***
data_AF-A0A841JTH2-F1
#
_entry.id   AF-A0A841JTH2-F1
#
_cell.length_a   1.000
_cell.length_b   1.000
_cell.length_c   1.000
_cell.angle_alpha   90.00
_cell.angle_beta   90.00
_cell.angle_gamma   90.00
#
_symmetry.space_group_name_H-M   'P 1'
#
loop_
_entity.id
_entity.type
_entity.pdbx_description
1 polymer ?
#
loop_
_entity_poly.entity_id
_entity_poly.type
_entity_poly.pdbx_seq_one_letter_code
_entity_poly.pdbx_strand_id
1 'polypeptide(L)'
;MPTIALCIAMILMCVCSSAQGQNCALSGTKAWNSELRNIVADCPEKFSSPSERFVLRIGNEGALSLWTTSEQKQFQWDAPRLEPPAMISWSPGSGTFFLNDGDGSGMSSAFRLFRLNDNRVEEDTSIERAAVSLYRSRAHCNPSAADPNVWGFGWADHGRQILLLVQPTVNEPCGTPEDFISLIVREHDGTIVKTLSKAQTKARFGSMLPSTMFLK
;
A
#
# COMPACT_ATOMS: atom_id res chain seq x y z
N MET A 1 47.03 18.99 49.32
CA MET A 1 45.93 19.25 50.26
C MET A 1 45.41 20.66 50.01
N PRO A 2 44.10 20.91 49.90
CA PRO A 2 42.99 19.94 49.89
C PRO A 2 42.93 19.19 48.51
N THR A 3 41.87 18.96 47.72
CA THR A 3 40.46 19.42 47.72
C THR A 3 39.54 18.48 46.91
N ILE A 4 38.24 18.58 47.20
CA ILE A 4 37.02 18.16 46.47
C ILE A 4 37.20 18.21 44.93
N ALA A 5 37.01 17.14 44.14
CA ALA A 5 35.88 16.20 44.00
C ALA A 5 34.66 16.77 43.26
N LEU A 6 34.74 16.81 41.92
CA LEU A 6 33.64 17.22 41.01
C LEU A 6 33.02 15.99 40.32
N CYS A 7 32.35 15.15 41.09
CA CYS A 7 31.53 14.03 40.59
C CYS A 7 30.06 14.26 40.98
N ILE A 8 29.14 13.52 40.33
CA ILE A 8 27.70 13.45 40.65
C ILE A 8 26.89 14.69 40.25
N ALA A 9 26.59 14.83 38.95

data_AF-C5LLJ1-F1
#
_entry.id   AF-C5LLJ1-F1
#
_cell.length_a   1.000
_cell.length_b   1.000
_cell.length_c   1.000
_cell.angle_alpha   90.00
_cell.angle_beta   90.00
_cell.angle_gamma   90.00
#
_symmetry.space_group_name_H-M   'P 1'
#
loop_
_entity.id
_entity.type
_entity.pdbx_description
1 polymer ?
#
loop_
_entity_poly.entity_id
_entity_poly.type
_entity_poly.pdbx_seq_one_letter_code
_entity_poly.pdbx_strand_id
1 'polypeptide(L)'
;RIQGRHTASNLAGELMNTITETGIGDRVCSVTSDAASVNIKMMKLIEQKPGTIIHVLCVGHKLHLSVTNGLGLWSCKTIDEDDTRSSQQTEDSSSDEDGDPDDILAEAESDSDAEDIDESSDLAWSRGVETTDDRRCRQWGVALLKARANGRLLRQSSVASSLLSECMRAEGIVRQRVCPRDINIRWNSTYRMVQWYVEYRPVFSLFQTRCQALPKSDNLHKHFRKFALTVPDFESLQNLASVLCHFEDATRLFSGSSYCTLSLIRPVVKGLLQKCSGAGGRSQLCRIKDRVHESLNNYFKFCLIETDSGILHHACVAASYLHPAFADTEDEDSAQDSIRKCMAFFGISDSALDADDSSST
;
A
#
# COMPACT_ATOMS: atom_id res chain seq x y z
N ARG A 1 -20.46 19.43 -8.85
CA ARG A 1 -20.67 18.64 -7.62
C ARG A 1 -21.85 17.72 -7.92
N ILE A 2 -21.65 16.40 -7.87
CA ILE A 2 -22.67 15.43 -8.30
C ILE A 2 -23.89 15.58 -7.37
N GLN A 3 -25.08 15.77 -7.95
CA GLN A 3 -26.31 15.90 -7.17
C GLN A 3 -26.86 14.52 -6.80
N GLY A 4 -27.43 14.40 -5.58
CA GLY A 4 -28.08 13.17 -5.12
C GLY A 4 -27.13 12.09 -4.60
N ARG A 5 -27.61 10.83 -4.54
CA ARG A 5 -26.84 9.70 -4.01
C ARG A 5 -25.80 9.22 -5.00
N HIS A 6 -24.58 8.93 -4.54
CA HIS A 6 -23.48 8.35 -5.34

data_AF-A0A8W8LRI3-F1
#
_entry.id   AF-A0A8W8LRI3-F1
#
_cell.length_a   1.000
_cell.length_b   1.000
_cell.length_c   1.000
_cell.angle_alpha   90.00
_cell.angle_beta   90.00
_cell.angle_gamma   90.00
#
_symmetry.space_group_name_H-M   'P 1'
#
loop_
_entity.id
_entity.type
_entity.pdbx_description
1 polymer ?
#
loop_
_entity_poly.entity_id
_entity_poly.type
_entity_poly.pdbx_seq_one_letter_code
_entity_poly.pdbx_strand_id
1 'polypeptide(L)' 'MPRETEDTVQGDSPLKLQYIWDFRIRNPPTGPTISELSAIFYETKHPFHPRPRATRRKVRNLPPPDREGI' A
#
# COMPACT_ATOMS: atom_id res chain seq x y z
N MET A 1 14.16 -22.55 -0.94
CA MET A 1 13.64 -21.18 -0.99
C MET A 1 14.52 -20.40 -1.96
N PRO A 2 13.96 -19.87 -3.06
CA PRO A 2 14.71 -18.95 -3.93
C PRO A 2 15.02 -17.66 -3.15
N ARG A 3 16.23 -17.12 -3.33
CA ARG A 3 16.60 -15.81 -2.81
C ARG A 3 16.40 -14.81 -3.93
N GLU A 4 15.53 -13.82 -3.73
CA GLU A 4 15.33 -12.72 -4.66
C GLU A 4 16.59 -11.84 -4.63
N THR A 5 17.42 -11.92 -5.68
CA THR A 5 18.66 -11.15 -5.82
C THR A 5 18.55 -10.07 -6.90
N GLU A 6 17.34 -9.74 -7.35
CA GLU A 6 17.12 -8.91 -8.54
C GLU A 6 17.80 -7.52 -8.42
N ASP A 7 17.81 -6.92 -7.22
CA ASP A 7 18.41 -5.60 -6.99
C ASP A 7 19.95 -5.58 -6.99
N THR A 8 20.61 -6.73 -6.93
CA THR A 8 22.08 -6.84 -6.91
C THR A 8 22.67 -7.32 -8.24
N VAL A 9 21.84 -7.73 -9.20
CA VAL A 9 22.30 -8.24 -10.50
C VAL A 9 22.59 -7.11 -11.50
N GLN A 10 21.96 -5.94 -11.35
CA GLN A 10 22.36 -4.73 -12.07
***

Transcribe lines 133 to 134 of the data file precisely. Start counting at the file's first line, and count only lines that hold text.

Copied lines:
N PRO A 2 13.96 -19.87 -3.06
CA PRO A 2 14.71 -18.95 -3.93